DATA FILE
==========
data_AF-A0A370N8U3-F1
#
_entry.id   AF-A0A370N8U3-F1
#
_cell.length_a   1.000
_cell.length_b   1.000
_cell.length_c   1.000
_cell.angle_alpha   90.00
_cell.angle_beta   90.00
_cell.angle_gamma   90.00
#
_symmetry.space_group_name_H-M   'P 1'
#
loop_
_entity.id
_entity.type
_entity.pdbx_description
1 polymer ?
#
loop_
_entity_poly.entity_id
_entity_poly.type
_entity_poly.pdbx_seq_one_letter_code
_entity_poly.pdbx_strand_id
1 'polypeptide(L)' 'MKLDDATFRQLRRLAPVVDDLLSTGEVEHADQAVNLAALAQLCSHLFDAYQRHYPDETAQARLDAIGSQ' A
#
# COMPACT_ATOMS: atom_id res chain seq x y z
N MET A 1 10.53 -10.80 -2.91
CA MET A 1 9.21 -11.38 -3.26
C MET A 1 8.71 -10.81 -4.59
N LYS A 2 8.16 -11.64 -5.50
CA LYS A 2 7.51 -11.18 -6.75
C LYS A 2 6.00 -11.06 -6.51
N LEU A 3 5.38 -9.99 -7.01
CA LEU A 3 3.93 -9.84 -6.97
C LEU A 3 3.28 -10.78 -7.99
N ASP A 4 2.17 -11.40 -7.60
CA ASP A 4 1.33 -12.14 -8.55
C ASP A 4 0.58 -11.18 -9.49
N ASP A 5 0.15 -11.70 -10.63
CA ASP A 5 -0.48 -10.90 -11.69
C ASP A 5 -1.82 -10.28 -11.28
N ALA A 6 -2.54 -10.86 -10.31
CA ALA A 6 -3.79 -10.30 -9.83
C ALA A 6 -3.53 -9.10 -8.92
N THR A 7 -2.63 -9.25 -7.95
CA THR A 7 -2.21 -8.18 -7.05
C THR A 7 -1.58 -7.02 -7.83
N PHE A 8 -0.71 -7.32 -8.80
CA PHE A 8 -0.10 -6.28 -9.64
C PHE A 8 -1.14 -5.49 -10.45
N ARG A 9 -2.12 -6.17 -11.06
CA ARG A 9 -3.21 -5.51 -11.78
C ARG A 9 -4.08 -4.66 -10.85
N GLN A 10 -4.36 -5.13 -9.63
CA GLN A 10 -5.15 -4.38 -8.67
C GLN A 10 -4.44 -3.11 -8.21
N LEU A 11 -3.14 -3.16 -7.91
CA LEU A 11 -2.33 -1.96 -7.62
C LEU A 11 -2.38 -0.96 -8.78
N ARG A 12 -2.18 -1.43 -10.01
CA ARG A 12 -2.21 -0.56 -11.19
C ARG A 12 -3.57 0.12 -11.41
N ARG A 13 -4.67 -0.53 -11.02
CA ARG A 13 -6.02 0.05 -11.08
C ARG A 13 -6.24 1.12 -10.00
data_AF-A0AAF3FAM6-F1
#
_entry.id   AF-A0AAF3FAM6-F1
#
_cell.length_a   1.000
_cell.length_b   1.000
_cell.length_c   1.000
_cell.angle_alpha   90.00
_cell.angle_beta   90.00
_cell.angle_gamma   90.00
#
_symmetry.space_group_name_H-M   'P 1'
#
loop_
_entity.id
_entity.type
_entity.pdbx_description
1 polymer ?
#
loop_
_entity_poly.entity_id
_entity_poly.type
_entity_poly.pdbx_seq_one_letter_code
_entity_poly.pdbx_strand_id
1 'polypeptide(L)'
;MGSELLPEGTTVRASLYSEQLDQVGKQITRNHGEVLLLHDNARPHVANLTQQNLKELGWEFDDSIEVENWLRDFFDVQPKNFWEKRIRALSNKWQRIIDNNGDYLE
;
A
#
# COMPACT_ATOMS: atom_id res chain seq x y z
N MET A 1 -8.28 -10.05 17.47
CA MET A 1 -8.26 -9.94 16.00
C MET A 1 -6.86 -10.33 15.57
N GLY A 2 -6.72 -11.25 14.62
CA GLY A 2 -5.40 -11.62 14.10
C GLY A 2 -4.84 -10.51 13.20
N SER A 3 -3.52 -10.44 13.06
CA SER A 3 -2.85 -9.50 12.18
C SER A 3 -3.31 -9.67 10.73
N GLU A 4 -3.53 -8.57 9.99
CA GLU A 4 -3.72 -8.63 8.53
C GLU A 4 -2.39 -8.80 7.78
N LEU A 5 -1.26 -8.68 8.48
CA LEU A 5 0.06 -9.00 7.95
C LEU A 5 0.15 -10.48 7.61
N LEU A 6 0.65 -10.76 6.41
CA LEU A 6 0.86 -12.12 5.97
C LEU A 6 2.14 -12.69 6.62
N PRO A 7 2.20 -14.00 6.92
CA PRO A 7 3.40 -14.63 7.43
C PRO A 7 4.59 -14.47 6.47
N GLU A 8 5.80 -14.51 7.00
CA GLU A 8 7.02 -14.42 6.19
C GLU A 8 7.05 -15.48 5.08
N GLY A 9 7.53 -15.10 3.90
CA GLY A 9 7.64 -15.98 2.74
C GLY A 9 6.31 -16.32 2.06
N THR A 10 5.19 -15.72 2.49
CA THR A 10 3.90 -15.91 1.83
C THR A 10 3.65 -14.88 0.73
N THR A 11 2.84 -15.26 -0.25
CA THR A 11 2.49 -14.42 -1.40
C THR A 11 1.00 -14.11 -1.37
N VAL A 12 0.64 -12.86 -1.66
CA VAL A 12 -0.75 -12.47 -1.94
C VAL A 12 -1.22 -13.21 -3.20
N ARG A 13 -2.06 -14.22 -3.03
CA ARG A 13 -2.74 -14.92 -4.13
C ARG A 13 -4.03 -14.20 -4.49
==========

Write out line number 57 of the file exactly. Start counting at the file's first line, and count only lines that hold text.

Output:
C GLN A 10 -4.44 -3.11 -8.21